Terence Davies – The Terence Davies Trilogy (1984)

Description from IMDb
Davies’ film is divided into three segments enitled “Children”, “Madonna and Child”, and “Death and Transfiguartion”. The segments tell the life of Robert Tucker. The first segment looks at his birth and formative years in school, an austere boy’s school. The bleak environment is not aided by loveless, violent homelife he experiences. Nonetheless, his father’s death is a major impact to him. In the second segment, he is a closeted homosexual working in a grim office and still living at home with his daunting mother. In the final segment, he deals with his mother’s death and then faces his own impending doom. As his death approaches he flashes back to his life’s events.

Review from DVD Times
Many people hate their day job – if maybe not the people they work with. The worst part is, short of winning the lottery there’s no way out until you hit retirement age…and then (on average life expectancy) three quarters of your allotted span has gone. There must have been plenty of people like Terence Davies, immured as a shipping clerk by day, pouring what survived of his soul and sensibility into creative writing out of hours, with no guarantee that anyone else would see the results. However, Davies did get out, and became one of this country’s finest film directors. In his trilogy of short films, he depicted a man like himself, only one who didn’t get out.

Davies worked that day job (and another as an accountant’s book-keeper) for twelve years, before enrolling at Coventry Drama School and becoming an actor. In the meantime he had written the script for Children, the first film of his trilogy. He had sent it everywhere and it had been universally rejected. After seeing an article on the BFI Production Board, he sent the script there…only to have a reply from Mamoun Hassan, the head of production and an offer to make the film for £8500…and Davies would direct. He had never directed before.

Children (44:25) was made in 1976, shot in 16mm black and white. It came in under budget, despite resistance from its crew to this new – and by his own admission, technically very ignorant – director. One exception to this was his DP William Diver, who became a regular collaborator, either behind the camera or as editor. Children does has its rough spots – partly due to the budget, partly due to inexperience – and it is overlong. But what is striking is the assurance on display. Davies wanted to make the film look like Vermeer in black and white, and with Diver’s help he succeeds, despite the limitations of 16mm: many shades of grey and textures in the blacks, much use of natural lighting, particularly from windows.

After making Children, Davies enrolled at the National Film School (they’d rejected him first time round) and Madonna and Child (27:03) was made as his graduation film. Robert (Terry O’Sullivan) is now middle-aged and working as a shipping clerk. Davies’s style became more concise. Again, there’s little plot, more a series of character vignettes, held together by music more than narrative logic.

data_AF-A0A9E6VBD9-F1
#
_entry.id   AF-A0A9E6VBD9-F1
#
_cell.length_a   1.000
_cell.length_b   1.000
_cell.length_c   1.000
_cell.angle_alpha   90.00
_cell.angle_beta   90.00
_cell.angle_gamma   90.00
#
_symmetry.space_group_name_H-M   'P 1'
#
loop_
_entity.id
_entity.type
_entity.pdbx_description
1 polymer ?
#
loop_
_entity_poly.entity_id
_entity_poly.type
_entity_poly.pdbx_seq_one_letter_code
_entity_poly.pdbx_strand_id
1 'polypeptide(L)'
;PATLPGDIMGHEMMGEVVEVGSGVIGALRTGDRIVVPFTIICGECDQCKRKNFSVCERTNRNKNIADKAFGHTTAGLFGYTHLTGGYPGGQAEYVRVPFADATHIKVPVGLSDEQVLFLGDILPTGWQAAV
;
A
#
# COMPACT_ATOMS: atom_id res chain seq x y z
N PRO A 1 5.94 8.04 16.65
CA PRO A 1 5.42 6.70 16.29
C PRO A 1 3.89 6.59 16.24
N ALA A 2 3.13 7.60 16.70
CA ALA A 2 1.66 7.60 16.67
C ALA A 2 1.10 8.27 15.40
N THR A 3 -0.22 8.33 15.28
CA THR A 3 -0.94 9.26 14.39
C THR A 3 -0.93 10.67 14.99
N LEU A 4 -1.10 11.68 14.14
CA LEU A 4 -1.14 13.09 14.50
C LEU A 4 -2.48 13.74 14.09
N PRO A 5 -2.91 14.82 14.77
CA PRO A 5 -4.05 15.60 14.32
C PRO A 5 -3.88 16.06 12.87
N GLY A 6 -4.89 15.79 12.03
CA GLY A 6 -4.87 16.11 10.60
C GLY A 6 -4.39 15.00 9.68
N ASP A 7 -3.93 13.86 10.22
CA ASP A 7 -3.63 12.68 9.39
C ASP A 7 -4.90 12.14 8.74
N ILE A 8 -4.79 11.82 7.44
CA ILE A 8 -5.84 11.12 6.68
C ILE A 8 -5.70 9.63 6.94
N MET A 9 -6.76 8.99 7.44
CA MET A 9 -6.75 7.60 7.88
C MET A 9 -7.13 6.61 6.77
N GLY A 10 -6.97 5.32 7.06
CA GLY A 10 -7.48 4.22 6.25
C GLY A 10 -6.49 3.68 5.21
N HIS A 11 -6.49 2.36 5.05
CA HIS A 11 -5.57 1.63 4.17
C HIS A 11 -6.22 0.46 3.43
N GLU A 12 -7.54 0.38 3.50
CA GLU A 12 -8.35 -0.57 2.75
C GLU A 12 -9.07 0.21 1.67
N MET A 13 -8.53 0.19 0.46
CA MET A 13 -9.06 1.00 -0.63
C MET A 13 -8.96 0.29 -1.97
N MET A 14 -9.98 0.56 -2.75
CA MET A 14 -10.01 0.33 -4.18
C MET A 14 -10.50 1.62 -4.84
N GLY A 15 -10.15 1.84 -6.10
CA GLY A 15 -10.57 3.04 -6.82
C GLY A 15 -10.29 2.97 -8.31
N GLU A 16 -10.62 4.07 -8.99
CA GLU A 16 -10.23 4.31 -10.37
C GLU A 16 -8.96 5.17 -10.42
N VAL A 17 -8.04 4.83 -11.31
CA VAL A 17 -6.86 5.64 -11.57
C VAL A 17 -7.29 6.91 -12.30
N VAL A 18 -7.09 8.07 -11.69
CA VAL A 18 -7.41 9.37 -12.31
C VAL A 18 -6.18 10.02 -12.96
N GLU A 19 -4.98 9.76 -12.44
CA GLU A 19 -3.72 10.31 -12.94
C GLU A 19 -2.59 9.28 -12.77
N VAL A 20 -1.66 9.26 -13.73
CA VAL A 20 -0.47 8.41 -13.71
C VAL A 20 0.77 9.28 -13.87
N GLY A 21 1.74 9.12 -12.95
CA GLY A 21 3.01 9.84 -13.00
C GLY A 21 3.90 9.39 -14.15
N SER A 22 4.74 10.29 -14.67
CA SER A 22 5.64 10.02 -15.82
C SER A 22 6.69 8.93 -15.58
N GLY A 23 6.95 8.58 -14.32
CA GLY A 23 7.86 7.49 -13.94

After leaving film school, Davies scraped together the money to make the third part of the trilogy, Death and Transfiguration (25:02), which he made in 1983. As he had been in the earlier two films, William Diver was the DP and for this film the editor as well. The film begins with Doris Day’s song “It All Depends on You” over shots of a funeral – Robert’s beloved mother. The rest of the film cuts between three timelines: Robert as a child (Iain Munro), memories of Robert (played again by Terry O’Sullivan) with his mother (Jeanne Doree), and sequences of Robert as an old man (Wilfrid Brambell). Davies has said that the Trilogy is highly autobiographical, and this is no exception: it’s a projection of an end he foresaw and feared for himself. In real life, Davies has an outlet in his creativity, and had the combination of luck and tenacity to pursue it. Robert has no such outlet and his is a lonely, circumscribed life. You can see this in O’Sullivan and Brambell’s faces. Brambell, in his last acting work (he died in 1985), is remarkable in a role with no dialogue.

Extras
Davies provides a commentary audio track, leading us through the making of the films and pointing out particular autobiographical signposts. He’s quite open about the flaws, in particular certain shots in Children he now considers dull – though he thinks the film as a whole is “not bad for a first-timer”. By the time he reached Death and Transfiguration, he feels he had learned his craft.

Also on the disc is an interview with Davies conducted by Geoff Andrew (15:34). This took place at the Rex Cinema, Berkhamsted, as was its counterpart on the Distant Voices Still Lives disc – probably the same session. As before, Davies is an engaging speaker and Andrew’s questions are intelligent, even if much of this duplicates information in the commentary.

1.57GB | 1:36:28 | 640×480 | avi

http://nitroflare.com/view/2BE8729CB5B803F/The_Terence_Davies_Trilogy.part1.rar
http://nitroflare.com/view/32613283A5A9C5D/The_Terence_Davies_Trilogy.part2.rar

Language(s):English; English Commentary
Subtitles:English (.srt); Commentary(.srt)

One comment

  1. thank you very much

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